Buying green's dark side: It makes consumers more likely to lie, cheat, steal
Green is good, or so we're told. We get approving looks at the checkout stand when our paper towels are recyclable, our disposable forks are compostable and our dishwashing detergent is 100 percent natural. But here's a dirty little secret: people who seem more virtuous because they buy green may, on the contrary, be more likely to lie, cheat and steal, according to a recent study. Canadian researchers say undergraduates who went on simulated shopping trips to green stores were were far more apt to cheat in other activities than those who shopped at conventional retailers.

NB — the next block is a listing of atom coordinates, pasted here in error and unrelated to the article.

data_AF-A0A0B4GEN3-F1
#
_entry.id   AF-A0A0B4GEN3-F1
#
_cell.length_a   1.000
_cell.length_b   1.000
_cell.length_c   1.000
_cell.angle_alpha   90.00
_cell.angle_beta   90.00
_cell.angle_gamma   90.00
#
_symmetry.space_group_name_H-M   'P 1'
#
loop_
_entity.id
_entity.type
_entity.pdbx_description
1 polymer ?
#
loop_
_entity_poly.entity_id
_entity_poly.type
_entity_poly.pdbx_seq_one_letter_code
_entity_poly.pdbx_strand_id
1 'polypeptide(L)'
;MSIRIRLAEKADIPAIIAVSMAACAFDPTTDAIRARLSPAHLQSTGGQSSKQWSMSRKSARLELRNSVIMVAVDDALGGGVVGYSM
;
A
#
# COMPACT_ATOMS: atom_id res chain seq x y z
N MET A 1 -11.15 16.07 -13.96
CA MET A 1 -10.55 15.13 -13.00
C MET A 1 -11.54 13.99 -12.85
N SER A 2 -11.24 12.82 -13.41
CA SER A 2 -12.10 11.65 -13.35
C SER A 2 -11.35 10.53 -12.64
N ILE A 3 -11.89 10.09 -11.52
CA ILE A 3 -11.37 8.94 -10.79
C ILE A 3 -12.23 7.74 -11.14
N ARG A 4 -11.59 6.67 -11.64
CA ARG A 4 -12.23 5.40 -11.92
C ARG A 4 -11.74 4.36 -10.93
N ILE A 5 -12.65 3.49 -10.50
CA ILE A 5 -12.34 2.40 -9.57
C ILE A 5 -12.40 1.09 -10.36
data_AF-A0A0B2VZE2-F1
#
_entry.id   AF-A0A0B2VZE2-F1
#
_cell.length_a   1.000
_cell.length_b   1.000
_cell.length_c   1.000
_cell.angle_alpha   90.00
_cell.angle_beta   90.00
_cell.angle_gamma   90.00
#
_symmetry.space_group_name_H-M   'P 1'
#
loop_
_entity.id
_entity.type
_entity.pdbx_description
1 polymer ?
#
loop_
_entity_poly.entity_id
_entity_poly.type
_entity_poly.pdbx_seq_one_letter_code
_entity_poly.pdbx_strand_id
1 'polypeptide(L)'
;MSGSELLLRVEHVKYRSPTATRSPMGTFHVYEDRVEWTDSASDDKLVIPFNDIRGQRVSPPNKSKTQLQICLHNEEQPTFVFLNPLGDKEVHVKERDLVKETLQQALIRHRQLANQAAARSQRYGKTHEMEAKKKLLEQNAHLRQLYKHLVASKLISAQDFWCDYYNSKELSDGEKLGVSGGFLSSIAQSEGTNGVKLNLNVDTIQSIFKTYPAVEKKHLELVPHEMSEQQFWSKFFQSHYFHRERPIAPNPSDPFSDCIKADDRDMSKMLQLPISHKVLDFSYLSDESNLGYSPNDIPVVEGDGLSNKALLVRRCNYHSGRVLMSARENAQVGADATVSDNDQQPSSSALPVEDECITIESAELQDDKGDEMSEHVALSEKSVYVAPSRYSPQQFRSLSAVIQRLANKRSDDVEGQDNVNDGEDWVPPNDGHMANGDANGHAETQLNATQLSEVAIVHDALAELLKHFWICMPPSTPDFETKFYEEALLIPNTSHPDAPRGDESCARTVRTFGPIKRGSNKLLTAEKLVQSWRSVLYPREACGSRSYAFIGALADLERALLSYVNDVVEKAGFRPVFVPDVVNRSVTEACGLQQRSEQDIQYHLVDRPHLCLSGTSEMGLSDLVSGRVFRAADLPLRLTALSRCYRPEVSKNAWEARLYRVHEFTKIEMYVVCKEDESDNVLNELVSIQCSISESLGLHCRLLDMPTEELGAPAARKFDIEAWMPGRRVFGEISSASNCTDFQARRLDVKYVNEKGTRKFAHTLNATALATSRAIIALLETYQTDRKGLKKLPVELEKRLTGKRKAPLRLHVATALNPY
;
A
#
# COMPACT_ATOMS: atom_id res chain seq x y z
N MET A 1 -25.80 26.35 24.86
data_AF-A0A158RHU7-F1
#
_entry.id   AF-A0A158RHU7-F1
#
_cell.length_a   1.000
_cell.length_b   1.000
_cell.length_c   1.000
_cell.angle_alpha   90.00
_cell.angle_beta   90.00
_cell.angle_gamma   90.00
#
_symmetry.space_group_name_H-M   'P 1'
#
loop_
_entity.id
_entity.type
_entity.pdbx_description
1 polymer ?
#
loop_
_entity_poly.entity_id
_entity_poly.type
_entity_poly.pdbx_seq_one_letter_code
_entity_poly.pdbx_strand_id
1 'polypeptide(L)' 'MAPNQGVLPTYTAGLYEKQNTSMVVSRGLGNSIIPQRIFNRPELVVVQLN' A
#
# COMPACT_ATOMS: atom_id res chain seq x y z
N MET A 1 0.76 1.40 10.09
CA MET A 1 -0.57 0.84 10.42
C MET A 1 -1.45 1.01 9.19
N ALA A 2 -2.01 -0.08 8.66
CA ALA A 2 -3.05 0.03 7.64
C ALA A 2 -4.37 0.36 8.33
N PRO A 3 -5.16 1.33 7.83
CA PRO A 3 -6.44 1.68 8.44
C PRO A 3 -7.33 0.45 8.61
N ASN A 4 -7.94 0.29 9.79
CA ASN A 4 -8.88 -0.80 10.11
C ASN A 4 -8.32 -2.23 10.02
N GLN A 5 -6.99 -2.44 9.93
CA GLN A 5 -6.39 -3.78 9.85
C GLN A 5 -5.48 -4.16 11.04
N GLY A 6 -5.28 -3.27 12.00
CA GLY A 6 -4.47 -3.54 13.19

"People in the experiment felt they had earned some moral credential that will shield them from doing something immoral," says researcher Nina Mazar, who collaborated with Chen-Bo Zhong at the University of Toronto's Joseph Rotman School of Management. These findings build on a growing body of evidence that show morality is fungible and easily affected by circumstances. Dubbed the "licensing effect," psychologists theorize that people keep a running karmic tally in their subconscious of good and bad actions. This tally strongly impacts decision making and how likely people are to do the right or the wrong thing in any given situation.